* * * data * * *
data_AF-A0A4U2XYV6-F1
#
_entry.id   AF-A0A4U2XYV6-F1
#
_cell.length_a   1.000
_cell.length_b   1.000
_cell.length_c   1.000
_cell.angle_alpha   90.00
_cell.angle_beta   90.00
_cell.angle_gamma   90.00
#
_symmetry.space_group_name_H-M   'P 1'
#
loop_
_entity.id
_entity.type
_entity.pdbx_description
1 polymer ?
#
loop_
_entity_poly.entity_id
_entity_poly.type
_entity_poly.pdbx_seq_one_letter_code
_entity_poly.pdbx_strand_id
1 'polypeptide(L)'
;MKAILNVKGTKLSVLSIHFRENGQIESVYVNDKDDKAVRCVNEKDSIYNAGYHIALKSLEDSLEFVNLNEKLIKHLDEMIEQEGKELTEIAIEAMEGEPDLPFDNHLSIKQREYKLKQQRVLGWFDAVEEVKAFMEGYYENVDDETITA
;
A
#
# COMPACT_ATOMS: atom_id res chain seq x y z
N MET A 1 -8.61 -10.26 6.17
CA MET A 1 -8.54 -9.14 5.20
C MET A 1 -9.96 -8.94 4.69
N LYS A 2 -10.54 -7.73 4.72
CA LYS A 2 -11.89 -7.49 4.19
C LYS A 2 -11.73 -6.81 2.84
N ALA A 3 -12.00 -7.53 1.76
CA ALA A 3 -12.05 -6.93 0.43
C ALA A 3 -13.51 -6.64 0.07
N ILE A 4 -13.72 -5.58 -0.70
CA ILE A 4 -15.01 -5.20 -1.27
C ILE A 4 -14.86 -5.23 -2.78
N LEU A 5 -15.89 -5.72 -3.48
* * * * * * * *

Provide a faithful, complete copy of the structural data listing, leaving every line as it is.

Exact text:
data_AF-A0A4U2XYV6-F1
#
_entry.id   AF-A0A4U2XYV6-F1
#
_cell.length_a   1.000
_cell.length_b   1.000
_cell.length_c   1.000
_cell.angle_alpha   90.00
_cell.angle_beta   90.00
_cell.angle_gamma   90.00
#
_symmetry.space_group_name_H-M   'P 1'
#
loop_
_entity.id
_entity.type
_entity.pdbx_description
1 polymer ?
#
loop_
_entity_poly.entity_id
_entity_poly.type
_entity_poly.pdbx_seq_one_letter_code
_entity_poly.pdbx_strand_id
1 'polypeptide(L)'
;MKAILNVKGTKLSVLSIHFRENGQIESVYVNDKDDKAVRCVNEKDSIYNAGYHIALKSLEDSLEFVNLNEKLIKHLDEMIEQEGKELTEIAIEAMEGEPDLPFDNHLSIKQREYKLKQQRVLGWFDAVEEVKAFMEGYYENVDDETITA
;
A
#
# COMPACT_ATOMS: atom_id res chain seq x y z
N MET A 1 -8.61 -10.26 6.17
CA MET A 1 -8.54 -9.14 5.20
C MET A 1 -9.96 -8.94 4.69
N LYS A 2 -10.54 -7.73 4.72
CA LYS A 2 -11.89 -7.49 4.19
C LYS A 2 -11.73 -6.81 2.84
N ALA A 3 -12.00 -7.53 1.76
CA ALA A 3 -12.05 -6.93 0.43
C ALA A 3 -13.51 -6.64 0.07
N ILE A 4 -13.72 -5.58 -0.70
CA ILE A 4 -15.01 -5.20 -1.27
C ILE A 4 -14.86 -5.23 -2.78
N LEU A 5 -15.89 -5.72 -3.48